512-800-6031 editor@ramreview.com

 Meeting with groups of fellow reliability-minded practitioners, i.e., RAM Professionals, and sharing my four-plus decades of on-site and in-plant experiences is always a pleasure. The bonus comes from learning firsthand about the participants’ most challenging obstacles to improving (or sustaining) equipment performance and reliability.

That was the case when I recently presented a day-long seminar hosted by the Oklahoma Predictive Maintenance Users Group (OPMUG) in Stillwater. The last time I was with an OPMUG group was exactly five years ago. I pointed that out and recounted the group’s greatest challenges from back then in my April 4, 2022, article for The RAM Review (see link below).


Click Here To Read The Referenced Article
“Calling Out Industry’s Top Maintenance Challenges”


This year, I kicked off my OPMUG seminar with “Lessons from NASCAR Race Teams” and a discussion of their never-ending pursuit of 100% reliability. Then, we examined a few industrial-reliability case examples that brought race-team principles to the plant floor and field by sorting through multiple and fragmented data sources, pinpointing reliability barriers, and mapping equipment-performance timelines.

Of course, my seminar also provided an opportunity to survey the group (as I did five years ago) regarding the challenges they are currently facing and what they see looking out 3 to 5 to 10 years in their industries. What has changed in the past five years for the OPMUG members? This year’s discussions and survey responses referenced concerns over unavailable and back-ordered parts, new employees, training, and much more.

At this point I’m not sure if the group’s cited concerns are regional (Oklahoma, Texas, and nearby states) or comparable to those that others in the RAM community are dealing with and projecting nationwide. I’ll try to find out. Again, please stay tuned. The nearly 50 detailed responses from the OPMUG group will take a bit of sorting, sifting, and compiling. My next article will explore the findings in detail.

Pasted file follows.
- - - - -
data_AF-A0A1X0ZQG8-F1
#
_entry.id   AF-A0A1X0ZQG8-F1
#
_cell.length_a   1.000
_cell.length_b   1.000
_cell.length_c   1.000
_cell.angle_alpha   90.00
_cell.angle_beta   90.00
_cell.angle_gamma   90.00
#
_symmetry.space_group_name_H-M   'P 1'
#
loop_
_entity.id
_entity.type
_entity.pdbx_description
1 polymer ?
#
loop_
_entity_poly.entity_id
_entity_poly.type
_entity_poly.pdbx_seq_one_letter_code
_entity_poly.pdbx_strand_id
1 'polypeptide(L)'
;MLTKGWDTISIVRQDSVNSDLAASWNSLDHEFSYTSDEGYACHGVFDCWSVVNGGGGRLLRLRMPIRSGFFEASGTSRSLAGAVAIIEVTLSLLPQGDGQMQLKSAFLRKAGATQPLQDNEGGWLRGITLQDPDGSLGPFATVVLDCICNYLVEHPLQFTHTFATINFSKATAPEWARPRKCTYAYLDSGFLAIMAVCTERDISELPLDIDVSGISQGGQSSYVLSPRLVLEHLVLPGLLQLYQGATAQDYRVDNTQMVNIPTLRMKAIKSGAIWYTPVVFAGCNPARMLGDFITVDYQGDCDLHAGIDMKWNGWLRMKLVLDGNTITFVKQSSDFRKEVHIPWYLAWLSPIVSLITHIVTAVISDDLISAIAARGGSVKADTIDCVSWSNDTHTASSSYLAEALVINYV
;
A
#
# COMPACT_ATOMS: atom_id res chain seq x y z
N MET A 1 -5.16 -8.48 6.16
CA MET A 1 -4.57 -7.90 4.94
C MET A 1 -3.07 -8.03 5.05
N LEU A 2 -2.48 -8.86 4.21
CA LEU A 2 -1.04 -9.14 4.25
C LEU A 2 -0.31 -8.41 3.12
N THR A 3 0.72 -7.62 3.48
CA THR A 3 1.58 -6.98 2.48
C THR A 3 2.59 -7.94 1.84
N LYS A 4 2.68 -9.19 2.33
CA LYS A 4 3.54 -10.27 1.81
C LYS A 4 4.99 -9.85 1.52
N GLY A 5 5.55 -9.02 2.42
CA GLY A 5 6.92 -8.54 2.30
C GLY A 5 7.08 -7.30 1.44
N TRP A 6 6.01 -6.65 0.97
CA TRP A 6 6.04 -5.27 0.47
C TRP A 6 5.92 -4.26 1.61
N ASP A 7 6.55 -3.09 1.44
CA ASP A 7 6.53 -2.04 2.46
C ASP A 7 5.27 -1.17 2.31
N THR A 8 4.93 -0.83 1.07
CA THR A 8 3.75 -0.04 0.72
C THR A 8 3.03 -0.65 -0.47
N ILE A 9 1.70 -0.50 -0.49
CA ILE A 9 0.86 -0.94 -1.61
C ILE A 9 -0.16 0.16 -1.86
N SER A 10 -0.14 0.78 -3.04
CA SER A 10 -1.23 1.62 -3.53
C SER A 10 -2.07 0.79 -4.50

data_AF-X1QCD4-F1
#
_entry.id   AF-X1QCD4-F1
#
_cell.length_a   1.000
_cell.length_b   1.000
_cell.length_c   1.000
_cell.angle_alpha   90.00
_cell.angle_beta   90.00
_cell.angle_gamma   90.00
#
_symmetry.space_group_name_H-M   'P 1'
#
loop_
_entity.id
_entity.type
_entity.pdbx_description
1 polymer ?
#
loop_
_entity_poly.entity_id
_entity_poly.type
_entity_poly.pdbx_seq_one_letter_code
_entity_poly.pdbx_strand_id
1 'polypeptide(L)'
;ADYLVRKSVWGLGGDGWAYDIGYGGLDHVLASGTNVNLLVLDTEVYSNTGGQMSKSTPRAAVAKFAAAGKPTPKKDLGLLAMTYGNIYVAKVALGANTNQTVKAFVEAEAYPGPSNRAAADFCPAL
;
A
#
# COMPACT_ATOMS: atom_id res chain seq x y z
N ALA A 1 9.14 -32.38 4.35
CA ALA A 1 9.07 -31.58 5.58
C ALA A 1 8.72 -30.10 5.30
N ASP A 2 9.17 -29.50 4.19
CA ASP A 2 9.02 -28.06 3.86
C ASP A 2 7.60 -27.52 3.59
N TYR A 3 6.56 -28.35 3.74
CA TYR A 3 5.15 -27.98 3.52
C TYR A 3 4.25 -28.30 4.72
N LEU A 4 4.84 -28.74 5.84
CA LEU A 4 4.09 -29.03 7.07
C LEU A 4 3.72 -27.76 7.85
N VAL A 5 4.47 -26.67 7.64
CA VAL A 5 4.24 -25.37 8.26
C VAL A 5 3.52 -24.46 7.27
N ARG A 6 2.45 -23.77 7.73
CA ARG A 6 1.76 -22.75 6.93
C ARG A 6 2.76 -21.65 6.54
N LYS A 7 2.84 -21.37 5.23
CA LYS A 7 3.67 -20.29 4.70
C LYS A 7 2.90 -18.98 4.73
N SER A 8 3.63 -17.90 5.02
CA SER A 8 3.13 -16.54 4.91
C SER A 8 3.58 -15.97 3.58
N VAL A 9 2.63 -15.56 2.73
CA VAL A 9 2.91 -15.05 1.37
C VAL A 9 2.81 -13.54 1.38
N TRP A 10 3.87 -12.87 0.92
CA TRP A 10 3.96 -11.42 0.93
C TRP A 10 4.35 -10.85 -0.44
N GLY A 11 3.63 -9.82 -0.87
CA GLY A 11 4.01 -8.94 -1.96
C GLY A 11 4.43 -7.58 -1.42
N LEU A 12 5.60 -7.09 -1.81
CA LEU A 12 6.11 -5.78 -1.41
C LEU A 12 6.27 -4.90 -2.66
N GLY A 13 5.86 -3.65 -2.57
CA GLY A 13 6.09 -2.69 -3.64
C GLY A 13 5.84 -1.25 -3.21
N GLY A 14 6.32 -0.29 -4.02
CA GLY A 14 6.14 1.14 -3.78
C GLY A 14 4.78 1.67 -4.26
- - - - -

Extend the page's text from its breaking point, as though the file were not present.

So, who/what is the Oklahoma Predictive Maintenance Users Group? It was established in 1992 to provide maintenance professionals throughout Oklahoma and surrounding states with an opportunity to share and obtain firsthand knowledge about predictive maintenance (PdM). ​The group is made up of individual and company-sponsored members from many different industry sectors, including utilities, manufacturing, refineries, municipalities, government, service organizations, educational institutions, and leading vendors of PdM-related products/services. A non‐profit organization, OPMUG offers a variety of professional training by industry leaders. Learn more at www.opmug.org.

In the meantime, let me add that the OPMUG organization and member participants were very gracious hosts last week. Being back in the saddle among some familiar faces from years gone by and many new and younger faces was truly a pleasure and greatly appreciated.TRR


ABOUT THE AUTHOR
Bob Williamson is a long-time contributor to the “people-side” of the world-class-maintenance and manufacturing body of knowledge across dozens of industry types. His vast background in maintenance, machine and tool design, and teaching has positioned his work with over 500 companies and plants, facilities, and equipment-oriented organizations. Contact him directly at 512-800-6031 or bwilliamson@theramreview.com.


Tagsreliability, availability, maintenance, RAM, predictive maintenance, PdM, workforce issues, training and qualification